Sometimes, the death of someone serves as a jumping board to something only tangentially related to the deceased. This is the case with the Yo Yo film fragment with its mime aesthetic in which Auger plays Isolina.
Nevertheless, please enjoy despite its tangentiality.
When the second died I felt empathy, some sense of loss that I had not felt with the first.
And then it dawned on me why that was. To me, Panamarenko was but some sort of town’s fool who made art to amuse the rich or for the ‘poor little rich folk’ who were in search of their inner child and recognized in him their boy’s dream. Although I did not dislike him, my feelings toward him had been at best ambiguous.
Deelder was another case altogether.
I’d always liked him. He was punk. He was into drugs. He snorted speed. He looked stylish. He was into music. He made poetry cool. He made art for the rich and poor. He crossed boundaries. He was sharp. He was funny.
For an international audience, there are a set of four jazz compilations: ‘Deelder draait’ (2002), ‘Deelder draait door’ (2003), ‘Deelder blijft draaien’ (2004) and ‘Deelderhythm’ (2006).
In the first clip (13:53) Anna stands in front of a mirror in the same bathroom as in which she takes a bath in the third clip.
The voice-over: “What was directly lived reappears frozen in the distance, engraved in the tastes and illustions of an era and carried off with it.”
In the second clip (14:41) she is in the bath and rubs herself with soap.
The voice-over: “There is no more should-be; being has been consumed to the point of ceasing to exist. The details are already lost in the dust of time. “Who was afraid of life, afraid of the night, afraid of being taken, afraid of being kept?”
In the third clip (17:30) she is seen at the wheel of a convertible car, a bird’s eye view, three young people get out of the car.
The voice-over: “In the final analysis, stars are not created by their talent or lack of talent, or even by the film industry or advertising. They are created by the need we have for them.”
The fourth clip (18:09) begins where the first clip left off.
The voice-over: “The advertisements during intermissions are the truest reflection of an intermission from life.” Translations are from .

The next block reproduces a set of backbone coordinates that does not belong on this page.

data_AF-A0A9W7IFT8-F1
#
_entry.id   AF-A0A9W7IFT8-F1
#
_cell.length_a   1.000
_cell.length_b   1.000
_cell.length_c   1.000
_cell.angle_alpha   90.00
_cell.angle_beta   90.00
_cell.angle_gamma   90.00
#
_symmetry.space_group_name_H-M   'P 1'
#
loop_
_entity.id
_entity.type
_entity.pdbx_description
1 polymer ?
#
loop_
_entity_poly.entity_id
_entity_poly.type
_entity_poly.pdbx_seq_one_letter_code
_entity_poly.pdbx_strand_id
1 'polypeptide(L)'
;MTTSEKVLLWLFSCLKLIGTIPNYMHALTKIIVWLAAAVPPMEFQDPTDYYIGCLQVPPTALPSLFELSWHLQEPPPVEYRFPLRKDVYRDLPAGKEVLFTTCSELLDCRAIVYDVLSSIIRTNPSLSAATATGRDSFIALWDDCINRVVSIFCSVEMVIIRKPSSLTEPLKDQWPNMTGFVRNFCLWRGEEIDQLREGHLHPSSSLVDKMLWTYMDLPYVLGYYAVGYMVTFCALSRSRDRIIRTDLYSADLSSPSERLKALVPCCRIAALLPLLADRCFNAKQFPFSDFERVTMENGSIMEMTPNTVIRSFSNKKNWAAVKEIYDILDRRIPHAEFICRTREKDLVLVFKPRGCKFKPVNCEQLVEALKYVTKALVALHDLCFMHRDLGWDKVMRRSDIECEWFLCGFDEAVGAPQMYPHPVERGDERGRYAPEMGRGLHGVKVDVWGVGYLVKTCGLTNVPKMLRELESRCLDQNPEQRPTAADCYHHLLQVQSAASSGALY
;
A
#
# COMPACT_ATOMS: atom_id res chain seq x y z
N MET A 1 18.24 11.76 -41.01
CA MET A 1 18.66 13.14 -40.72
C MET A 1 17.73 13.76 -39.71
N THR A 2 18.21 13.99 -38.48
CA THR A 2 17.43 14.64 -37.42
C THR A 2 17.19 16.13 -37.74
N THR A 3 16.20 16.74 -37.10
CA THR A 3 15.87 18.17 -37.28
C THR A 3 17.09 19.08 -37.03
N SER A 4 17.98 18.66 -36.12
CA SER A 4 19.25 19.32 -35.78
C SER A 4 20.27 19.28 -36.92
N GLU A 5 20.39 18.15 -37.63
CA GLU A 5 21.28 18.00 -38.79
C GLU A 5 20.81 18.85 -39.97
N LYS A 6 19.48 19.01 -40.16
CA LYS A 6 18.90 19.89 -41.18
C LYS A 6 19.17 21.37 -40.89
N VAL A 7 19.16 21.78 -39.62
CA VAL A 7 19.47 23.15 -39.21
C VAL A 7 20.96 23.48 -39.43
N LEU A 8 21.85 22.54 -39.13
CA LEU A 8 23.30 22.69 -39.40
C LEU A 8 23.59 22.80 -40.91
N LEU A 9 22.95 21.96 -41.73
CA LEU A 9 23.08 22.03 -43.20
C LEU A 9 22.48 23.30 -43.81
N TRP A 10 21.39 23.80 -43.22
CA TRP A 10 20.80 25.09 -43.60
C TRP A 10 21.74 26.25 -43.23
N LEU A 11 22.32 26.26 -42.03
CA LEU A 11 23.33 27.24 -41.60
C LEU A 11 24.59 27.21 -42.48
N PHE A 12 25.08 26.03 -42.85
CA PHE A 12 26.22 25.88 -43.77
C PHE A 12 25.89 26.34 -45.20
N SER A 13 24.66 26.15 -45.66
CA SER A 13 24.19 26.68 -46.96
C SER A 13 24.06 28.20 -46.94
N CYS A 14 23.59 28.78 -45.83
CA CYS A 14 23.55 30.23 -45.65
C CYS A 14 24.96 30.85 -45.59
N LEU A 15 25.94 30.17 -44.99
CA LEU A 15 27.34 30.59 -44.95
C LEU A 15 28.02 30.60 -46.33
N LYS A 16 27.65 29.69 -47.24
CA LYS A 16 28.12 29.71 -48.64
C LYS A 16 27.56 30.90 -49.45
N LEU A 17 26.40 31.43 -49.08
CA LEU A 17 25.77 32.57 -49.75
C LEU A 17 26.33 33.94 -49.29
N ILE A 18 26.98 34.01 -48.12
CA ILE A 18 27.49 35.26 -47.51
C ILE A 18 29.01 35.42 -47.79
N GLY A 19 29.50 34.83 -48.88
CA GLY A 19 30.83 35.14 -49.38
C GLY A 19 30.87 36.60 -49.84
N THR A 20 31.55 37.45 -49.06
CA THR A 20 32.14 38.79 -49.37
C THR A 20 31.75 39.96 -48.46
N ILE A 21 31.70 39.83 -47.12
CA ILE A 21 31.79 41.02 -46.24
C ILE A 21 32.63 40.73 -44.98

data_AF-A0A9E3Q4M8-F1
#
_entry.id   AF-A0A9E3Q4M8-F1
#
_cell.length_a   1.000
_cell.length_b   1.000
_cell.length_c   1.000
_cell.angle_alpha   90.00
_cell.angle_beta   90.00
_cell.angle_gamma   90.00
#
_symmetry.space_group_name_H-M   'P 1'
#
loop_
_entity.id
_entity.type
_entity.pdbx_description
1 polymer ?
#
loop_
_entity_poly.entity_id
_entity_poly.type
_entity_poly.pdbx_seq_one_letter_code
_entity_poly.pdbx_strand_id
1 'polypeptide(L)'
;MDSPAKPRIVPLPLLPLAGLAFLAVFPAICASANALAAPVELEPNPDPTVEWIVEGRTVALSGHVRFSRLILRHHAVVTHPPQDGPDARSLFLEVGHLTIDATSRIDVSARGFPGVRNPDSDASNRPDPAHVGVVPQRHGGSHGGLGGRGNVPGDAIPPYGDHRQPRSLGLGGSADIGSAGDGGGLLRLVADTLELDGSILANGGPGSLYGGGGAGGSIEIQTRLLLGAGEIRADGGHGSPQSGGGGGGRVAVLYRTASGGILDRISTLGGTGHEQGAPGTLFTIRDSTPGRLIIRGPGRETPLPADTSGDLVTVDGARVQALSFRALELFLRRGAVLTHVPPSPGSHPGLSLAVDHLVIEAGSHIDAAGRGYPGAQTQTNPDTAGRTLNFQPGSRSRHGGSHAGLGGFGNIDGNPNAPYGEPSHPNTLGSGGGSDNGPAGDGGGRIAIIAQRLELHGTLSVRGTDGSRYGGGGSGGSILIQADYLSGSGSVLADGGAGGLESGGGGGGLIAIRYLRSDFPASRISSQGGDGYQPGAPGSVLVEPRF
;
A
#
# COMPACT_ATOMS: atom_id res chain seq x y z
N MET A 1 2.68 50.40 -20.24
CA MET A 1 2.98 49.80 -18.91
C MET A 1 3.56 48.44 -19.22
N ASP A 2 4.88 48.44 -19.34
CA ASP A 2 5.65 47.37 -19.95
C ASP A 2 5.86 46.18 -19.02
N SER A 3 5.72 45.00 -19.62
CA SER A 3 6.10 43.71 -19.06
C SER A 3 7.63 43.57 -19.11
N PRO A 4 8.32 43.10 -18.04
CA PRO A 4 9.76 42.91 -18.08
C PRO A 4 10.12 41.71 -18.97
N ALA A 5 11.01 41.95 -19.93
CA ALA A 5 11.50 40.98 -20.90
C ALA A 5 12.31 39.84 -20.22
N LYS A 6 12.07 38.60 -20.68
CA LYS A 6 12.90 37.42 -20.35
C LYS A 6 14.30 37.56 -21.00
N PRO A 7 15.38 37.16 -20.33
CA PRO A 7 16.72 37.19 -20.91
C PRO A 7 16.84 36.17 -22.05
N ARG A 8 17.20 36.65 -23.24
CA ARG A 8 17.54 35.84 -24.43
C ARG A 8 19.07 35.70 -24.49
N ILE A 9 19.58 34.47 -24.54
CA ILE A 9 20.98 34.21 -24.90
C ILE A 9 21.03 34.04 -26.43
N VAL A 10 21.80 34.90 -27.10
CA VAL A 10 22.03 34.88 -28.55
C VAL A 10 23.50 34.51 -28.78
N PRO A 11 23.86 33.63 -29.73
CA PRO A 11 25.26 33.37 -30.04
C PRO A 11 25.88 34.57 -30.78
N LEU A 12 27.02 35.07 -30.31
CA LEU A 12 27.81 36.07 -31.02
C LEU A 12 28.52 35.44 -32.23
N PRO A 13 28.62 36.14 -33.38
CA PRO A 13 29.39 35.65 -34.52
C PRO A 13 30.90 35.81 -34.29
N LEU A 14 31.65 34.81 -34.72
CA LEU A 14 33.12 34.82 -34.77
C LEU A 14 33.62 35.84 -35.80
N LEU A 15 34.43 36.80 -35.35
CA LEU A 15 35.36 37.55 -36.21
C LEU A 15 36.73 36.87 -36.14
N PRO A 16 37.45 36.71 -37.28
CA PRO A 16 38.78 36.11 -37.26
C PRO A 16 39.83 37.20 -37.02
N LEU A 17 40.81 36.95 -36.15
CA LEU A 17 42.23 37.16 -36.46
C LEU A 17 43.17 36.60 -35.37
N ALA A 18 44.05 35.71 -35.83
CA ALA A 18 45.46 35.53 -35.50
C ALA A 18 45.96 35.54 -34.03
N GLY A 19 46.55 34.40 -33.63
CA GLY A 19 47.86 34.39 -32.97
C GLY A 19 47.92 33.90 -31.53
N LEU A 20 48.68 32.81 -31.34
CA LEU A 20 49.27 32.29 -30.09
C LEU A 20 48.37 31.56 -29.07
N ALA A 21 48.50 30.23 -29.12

Danny Aiello was an American actor, often characterized as a character actor.
Aiello played in The Stuff (1985) by Larry Cohen. In that film he is Mr. Vickers, a man who works for the FDA and approved ‘the stuff’. He is later eaten by his dog who was being fed ‘the stuff’ too. They were both addicted to ‘the stuff’.
The Stuff is a typical Cohen film, at once critical of society and sensationalist.
It belongs to a small category of Hollywood films with an anti-consumerist message. Another important film in that category is They Live (1988).
Perhaps these are the two only films in that category.
I have nothing with that band. Perhaps it’s a generation thing, I was 24 when their song “The Look” came out, so too old to make any sort of impression.
To me it’s more pap than pop because, let us be honest, this was 1989 and instead of listening to “The Look”, you could have been listening to “French Kiss” by Lil’ Louis, “I’ll House You” by Jungle Brothers, “Work That Mutherfucker” by Steve Poindexter, “Sueño Latino” by Sueño Latino, “Pacific State” by 808 State, “Fight the Power” by Public Enemy, “Funky Cold Medina” by Tone Lōc or “Wicked Game” by Chris Isaak.
Furthermore, in 1989 there was also “Love Shack” by The B52’s which brought pap-ish joy without the bombast of Roxette. Both bands share their use of the guitar but Roxette sounds like American middle of the road arena rock.
And if you were into guilty pleasures, you could have been listening to “Me So Horny” by 2 Live Crew or “Pump Up the Jam” by Technotronic.
“The Look” was featured on Grand Theft Auto IV, on the Vice City FM† channel, at least half of the songs on that channel are better than Roxette’s.
A long time ago, I decided to do only appreciative criticism, but since this blog has evolved into a necrology, it seems fitting that I strive for completeness and thus ‘bash‘ Roxette.
On the other hand, as the video above shows, Roxette had lots of fun.
Life is a stage and each must play his part… so Roxette, enjoy your symptom.
Louise Bennett-Coverley gave Harry Belafonte the foundation for his 1956 hit “Day-O (The Banana Boat Song)” by telling him about the Jamaican folk song “Hill and Gully Rider” (the name also given as “Day Dah Light”).”
“Jamaica Farewell” was compiled and modified from many folk pieces to make a new song. Burgie acknowledged his use of the tune of another mento, “Iron Bar””.–Sholem Stein
I remember vividly how one night my parents went to a Harry Belafonte concert in Antwerp and lodged me and my brother in a fancy hotel which had a pool that was partly inside and partly outside the hotel. It was winter and the pool outside was steaming into the open air. This must have been before the first oil crisis. (update: I called my mother, it was the Sofitel, located on the Boomsesteenweg 15, Aartselaar)